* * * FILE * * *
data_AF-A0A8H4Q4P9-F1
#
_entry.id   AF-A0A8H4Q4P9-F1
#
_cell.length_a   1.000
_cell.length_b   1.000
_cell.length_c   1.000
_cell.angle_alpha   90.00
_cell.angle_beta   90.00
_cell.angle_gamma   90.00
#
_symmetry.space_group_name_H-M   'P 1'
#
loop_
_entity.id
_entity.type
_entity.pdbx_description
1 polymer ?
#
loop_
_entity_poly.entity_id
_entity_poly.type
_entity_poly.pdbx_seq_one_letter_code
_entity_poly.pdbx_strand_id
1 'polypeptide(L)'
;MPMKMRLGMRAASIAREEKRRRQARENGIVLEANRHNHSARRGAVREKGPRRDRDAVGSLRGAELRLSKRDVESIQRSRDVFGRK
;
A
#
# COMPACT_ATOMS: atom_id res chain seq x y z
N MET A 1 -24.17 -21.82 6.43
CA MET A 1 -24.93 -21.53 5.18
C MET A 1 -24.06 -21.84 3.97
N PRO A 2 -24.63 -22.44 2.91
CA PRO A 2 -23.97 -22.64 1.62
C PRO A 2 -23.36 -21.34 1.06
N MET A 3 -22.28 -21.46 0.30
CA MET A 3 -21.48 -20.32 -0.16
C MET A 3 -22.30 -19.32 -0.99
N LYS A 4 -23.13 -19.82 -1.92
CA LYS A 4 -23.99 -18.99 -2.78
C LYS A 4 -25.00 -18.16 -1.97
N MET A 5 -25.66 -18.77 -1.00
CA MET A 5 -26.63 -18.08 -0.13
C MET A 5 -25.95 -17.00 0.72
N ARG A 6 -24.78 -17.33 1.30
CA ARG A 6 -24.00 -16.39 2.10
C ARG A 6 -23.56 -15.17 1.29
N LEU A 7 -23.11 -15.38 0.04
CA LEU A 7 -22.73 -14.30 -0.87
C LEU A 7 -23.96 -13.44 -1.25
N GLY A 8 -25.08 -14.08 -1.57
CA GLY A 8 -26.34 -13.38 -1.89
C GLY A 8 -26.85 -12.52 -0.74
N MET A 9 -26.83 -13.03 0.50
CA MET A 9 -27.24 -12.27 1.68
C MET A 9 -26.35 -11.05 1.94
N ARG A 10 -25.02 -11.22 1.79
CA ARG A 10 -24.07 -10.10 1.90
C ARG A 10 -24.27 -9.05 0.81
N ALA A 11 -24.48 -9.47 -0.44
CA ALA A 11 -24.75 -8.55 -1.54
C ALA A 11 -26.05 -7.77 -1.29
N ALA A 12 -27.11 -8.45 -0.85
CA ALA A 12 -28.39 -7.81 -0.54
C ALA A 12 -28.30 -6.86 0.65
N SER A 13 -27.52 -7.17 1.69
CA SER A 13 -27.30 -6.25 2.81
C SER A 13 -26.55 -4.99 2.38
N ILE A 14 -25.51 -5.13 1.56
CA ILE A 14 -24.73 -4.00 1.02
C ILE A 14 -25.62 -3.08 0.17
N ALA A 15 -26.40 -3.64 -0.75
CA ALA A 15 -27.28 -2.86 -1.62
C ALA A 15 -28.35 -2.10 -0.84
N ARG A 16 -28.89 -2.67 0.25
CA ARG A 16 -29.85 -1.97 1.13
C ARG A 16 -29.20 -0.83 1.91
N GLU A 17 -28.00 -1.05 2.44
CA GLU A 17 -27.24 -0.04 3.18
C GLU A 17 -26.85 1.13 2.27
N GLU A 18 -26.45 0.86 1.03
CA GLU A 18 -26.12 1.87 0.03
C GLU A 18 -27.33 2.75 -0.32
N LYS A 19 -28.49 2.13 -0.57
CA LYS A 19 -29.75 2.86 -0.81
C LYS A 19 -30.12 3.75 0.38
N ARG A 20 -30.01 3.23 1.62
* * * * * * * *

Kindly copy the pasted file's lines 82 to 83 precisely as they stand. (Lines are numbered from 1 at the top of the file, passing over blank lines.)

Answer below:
N GLU A 18 -26.45 0.86 1.03
CA GLU A 18 -26.12 1.87 0.03